Thanks for your thoughts!

      Reply
  2. Ryan Tate

    I’ve been thinking about adoption a lot lately, and been gathering some thoughts for a blog post as well. Tim Keller said, “If you want to judge how well a person understands Christianity, find out how he much he makes of the thought of being God’s child, and having God as his Father.” The idea of adoption may not seem that important, but wait till you meet an orphan. In Christ I am a “former” orphan. The depth of adoption doesn’t make sense until I believe in my rescue from being an orphan. Great post Crystal, thank you.

    Reply
    • Crystal Rowe

      Thanks Ryan! Blessings to you as you discern adoption in your own life. It’s such an important topic for us to be talking about … and I love the image you have portrayed here!

      Reply
  3. papajoemc

    Great post!  There are so many kids out there who do not know what true love is.  When we call God our heavenly father, who knows what kind of earthly father they have an image of?!?!  All we can do is to reach out to them, and show them the same love, grace and compassion Jesus shows us. 

    Reply
    • Crystal Rowe

      “All we can do is reach out to them, and show them the same love, grace and compassion Jesus shows us.” So very true…

      As someone who grew up with a mostly absent father, I had a hard time comprehending a “heavenly father” who was good. So much of what we know about God comes from our experiences here on earth … even the way we interpret Scripture is influenced by the context we live in.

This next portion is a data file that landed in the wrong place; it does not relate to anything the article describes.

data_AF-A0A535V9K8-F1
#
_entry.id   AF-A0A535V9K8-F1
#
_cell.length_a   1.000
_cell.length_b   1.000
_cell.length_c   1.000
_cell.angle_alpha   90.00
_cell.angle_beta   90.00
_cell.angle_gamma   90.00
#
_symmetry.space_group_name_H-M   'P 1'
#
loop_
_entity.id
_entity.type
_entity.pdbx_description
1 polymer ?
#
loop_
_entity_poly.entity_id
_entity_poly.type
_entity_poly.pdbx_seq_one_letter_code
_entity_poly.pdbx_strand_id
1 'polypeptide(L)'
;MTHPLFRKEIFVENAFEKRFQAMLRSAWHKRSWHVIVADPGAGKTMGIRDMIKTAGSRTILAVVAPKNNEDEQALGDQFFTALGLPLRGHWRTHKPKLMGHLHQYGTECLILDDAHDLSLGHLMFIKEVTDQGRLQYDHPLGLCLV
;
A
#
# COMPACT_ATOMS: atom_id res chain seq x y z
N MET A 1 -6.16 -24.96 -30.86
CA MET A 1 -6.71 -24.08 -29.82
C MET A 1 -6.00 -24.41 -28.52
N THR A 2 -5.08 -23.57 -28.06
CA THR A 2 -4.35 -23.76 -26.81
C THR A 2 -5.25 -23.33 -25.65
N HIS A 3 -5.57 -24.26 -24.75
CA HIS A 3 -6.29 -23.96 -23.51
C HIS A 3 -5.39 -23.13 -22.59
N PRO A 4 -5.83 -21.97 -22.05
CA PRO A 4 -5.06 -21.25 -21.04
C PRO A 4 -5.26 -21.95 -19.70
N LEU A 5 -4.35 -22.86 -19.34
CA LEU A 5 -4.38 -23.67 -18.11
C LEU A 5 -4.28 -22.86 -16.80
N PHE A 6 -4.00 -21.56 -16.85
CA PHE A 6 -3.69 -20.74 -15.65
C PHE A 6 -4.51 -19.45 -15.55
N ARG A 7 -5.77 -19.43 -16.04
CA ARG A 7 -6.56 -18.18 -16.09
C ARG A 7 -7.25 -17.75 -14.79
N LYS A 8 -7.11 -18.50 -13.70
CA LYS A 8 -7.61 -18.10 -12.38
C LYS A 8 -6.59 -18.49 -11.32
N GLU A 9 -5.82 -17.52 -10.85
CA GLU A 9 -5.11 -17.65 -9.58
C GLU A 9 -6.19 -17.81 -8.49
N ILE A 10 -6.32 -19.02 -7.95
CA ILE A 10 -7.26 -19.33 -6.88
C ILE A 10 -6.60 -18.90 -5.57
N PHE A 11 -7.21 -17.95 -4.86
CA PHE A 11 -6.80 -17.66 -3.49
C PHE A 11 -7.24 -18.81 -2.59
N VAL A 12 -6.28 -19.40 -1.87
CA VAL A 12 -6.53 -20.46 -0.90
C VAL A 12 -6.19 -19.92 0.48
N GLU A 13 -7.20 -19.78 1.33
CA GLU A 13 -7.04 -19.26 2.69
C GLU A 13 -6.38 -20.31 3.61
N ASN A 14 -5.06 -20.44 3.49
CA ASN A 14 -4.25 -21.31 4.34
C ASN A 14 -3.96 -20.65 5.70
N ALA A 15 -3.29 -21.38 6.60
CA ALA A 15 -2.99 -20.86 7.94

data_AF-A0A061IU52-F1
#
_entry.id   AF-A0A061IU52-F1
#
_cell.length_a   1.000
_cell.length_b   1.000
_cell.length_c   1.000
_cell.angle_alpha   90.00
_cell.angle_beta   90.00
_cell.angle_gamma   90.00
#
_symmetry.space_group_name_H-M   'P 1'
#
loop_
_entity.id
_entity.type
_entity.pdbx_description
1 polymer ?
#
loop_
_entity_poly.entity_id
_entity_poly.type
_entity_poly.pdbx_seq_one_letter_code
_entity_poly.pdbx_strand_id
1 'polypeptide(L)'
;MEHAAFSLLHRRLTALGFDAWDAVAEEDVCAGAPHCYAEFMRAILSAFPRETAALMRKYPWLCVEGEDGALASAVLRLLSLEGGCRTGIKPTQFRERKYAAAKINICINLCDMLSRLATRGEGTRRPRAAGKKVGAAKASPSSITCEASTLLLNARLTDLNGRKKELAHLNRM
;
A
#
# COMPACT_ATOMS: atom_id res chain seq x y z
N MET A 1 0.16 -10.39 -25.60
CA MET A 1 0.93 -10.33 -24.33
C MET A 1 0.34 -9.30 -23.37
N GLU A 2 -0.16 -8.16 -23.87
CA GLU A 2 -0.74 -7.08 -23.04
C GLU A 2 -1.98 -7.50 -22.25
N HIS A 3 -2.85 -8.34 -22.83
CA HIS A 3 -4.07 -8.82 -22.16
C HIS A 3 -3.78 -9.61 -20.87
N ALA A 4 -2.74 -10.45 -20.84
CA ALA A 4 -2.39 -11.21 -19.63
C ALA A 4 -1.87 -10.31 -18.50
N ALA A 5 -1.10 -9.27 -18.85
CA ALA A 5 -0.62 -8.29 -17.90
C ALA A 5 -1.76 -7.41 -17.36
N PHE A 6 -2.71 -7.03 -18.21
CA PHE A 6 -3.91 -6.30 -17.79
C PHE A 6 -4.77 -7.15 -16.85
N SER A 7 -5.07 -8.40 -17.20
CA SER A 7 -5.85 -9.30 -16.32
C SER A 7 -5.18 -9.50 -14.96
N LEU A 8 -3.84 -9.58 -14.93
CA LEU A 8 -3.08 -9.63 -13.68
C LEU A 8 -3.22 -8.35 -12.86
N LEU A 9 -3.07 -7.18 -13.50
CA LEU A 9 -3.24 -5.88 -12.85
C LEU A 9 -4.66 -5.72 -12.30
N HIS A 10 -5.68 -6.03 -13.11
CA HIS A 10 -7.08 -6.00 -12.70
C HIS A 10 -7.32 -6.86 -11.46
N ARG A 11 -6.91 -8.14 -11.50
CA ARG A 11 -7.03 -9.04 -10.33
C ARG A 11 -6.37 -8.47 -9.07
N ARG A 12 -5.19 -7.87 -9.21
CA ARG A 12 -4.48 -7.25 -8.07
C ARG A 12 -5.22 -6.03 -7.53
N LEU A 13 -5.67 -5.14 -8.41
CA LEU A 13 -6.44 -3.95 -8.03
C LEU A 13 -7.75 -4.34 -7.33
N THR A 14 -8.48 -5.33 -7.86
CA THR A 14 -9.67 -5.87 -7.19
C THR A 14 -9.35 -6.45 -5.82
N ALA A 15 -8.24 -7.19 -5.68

It wasn’t until I met other people in my life who showed me the love, grace and compassion of Christ that I really began to understand how God’s love for me truly was different than what I had experienced from my own father.

      Thanks for your thoughts, Joe!

      Reply
  4. Anonymous

    Great post, Crystal!  Although adoption IS a great way to help, even though it’s not the only way.  There are over 1/2 million kids up for adoption right here in the United States.  🙂

    Reply
    • Crystal Rowe

      Isn’t that an incredible statistic? My husband and I have said that we would really love to adopt one or two children in our future, so we are beginning the discernment process even now.  I think it’s SO IMPORTANT for people to consider.

      Reply
      • Anonymous

        I think we chatted about this on Google Talk.  I am really excited that you and the mister are such strong supporters of adoption and consider it a future option for your family. 🙂  I’m so proud to know you.

        Reply
  5. rupzip

    We are not left alone. He binds us. He gathers us. He hold us. We are His. He is ours. Great reminder

    Reply
    • Crystal Rowe

      What beautiful words … thank you!

      Reply
  6. Daniel Humphries

    Child sponsorship through Compassion has been a greater blessing to us than we ever imagined. It’s humbling to play even a small role in seeing that a child, halfway around the globe, gets a decent education and is cared for by others who love Christ. By American standards, we are by no means rich, but measured against the rest of the world, we have an embarrassing amount of disposable income. I’d recommend it as a great place to start!

    Reply
    • Crystal Rowe

      Daniel – I totally agree. We sponsor two children through Compassion and it is amazing how it has changed our perspective on all kinds of things. When we started doing the math and realized that night out would pay for an entire monthly sponsorship, we started trying to be more aware of what we spend and how we spend it. 

      Thanks for your thoughts!

      Reply

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i will not leave you orphaned

by Crystal Rowe time to read: 3 min
16